Normally, a supplier will extend you credit after you're a regular customer for 30, 60 or 90 days, without charging interest. For example, suppose that a supplier ships something to you, and that bill is due in 30 days but you have trade credit or terms. Your terms might be net 60 days from the receipt of goods, in which case you would have 30 extra days to pay for the items.
However, when you're first starting your business, suppliers are not going to give you trade credit. They're going to want to make every order C.O.D. (cash or check on delivery) until you've established that you can pay your bills on time. While this is a fairly normal practice, to raise money during the start-up period you're going to have to try and negotiate trade credit with suppliers. One of the things that will help you in these negotiations is a properly prepared financial plan.
When you visit your supplier to set up your order during your start-up period, ask to speak directly to the owner of the business if it's a small company. If it's a larger business, ask to speak to the chief financial officer or any other person who approves credit. Introduce yourself. Show the officer the financial plan that you have prepared. Tell the owner or financial officer about your business, and explain that you need to get your first orders on credit in order to launch your venture.
The owner or financial officer may give you half the order on credit, with the balance due upon delivery. Of course, the trick here is to get your goods shipped to you, and sell them before you have to pay for them yourself. You could borrow the money to pay for your inventory, but you would have to pay interest on that money. So trade credit is one of the most important ways to reduce the amount of working capital you need. This is especially true in retail operations.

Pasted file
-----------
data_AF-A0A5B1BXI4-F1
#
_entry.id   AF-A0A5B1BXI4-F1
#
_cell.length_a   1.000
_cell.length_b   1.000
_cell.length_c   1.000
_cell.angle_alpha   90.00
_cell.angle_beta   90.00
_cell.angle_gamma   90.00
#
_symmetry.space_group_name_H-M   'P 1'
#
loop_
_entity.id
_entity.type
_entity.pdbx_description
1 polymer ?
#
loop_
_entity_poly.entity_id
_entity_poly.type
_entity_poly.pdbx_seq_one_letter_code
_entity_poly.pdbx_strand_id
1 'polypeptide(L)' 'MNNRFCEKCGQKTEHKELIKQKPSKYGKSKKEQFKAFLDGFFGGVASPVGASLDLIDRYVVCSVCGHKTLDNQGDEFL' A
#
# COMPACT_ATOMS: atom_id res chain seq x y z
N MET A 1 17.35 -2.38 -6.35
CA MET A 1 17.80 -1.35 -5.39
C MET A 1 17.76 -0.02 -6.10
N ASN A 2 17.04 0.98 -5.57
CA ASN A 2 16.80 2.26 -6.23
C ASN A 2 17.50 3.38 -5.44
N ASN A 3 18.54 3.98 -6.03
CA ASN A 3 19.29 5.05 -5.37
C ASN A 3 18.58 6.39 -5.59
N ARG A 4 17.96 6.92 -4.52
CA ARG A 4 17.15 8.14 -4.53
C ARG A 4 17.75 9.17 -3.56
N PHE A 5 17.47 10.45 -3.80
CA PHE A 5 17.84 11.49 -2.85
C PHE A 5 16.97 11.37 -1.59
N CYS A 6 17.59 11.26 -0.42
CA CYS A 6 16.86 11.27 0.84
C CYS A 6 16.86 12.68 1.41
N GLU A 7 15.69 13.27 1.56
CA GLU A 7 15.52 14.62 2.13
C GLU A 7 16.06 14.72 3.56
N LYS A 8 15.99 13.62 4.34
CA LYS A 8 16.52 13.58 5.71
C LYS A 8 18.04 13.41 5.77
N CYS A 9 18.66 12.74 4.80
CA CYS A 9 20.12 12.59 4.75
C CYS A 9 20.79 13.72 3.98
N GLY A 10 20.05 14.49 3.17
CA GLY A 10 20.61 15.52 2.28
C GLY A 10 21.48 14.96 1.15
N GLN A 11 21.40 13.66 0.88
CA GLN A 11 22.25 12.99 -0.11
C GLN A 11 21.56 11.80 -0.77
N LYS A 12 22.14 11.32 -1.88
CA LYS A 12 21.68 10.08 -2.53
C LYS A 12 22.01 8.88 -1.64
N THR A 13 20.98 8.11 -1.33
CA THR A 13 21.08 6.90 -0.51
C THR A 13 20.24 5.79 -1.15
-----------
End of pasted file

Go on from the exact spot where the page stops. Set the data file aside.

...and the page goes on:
Despite the urge to use trade credit on a continual and consistent basis, you should consider it as a source of capital to meet relatively small, short-term needs. Do not look at it as a long-term solution. By doing so, you may find your business heavily committed to those suppliers who accept extended credit terms. As a result, the business may no longer have ready access to other, more competitive suppliers who might offer lower prices, a superior product, or more reliable deliveries.
Depending on the terms available from your suppliers, the cost of trade credit can be quite high. For example, assume you make a purchase from a supplier who decides to extend credit to you.
The terms the supplier offers you are two-percent cash discount within 10 days and a net date of 30 days. Essentially, the supplier is saying that if you pay within 10 days, the purchase price will be discounted by two percent. On the other hand, by forfeiting the two-percent discount, you are able to use your money for 20 more days. On an annualized basis, this is actually costing you 36 percent of the total cost of the items you are purchasing from this supplier! (360 days z 20 days = 18 times per year without discount; 18 times a 2 percent discount = 36 percent discount missed.)
Cash discounts aren't the only factor you have to consider in the equation. There are also late-payment or delinquency penalties should you extend payment beyond the agreed-upon terms. These can usually run between one to two percent on a monthly basis. If you miss your net payment date for an entire year, that can cost you as much as 12 to 24 percent in penalty interest.
Effective use of trade credit requires intelligent planning to avoid unnecessary costs through forfeiture of cash discounts or the incurring of delinquency penalties. But every business should take full advantage of trade credit that is available without additional cost in order to reduce its need for capital from other sources.
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